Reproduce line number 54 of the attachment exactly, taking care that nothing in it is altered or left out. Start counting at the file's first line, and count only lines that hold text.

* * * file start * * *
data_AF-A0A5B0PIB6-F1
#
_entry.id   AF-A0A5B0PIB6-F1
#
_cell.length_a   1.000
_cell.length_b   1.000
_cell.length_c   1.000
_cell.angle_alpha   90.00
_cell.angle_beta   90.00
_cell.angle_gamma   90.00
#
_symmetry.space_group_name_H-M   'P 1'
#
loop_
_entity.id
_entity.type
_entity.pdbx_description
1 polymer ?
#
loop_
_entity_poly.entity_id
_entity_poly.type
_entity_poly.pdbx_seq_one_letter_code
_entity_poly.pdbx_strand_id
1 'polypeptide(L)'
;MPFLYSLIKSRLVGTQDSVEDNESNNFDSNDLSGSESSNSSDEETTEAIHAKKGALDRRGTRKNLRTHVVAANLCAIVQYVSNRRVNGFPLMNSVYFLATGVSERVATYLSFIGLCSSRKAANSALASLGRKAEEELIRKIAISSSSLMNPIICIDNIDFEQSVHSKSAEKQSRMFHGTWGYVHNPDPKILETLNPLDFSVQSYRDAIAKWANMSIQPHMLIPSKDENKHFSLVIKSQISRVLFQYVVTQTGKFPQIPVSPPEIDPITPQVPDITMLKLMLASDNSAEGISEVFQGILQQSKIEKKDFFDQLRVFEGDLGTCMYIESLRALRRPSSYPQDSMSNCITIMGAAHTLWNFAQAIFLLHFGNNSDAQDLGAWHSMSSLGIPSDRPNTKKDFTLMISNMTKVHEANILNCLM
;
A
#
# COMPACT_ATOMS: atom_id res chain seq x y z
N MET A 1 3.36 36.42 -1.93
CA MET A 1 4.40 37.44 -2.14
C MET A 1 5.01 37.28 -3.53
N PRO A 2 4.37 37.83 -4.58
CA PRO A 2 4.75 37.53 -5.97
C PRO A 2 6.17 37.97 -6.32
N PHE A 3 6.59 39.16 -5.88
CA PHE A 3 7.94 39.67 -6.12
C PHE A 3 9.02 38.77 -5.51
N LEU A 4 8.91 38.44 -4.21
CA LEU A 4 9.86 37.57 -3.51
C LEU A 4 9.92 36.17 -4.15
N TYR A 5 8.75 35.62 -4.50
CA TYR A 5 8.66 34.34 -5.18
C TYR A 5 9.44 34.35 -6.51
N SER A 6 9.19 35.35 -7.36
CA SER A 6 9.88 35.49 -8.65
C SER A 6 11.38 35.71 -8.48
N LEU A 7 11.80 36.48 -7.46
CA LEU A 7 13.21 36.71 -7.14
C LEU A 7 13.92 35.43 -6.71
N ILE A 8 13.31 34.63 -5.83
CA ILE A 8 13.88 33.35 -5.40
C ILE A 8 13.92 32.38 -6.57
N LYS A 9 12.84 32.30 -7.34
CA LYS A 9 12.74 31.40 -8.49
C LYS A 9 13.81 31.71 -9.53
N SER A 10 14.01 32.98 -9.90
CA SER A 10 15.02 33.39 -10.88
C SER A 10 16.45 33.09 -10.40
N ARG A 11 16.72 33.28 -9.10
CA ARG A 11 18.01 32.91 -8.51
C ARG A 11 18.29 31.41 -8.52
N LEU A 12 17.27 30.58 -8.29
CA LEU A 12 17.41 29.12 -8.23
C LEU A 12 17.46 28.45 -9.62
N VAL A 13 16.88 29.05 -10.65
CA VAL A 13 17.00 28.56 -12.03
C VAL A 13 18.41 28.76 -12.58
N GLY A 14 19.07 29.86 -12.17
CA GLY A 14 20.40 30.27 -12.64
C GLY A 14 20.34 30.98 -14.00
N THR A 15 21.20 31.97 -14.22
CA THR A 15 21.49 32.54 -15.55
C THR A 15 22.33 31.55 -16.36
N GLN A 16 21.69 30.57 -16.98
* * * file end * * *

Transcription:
C ILE A 8 13.92 32.38 -6.57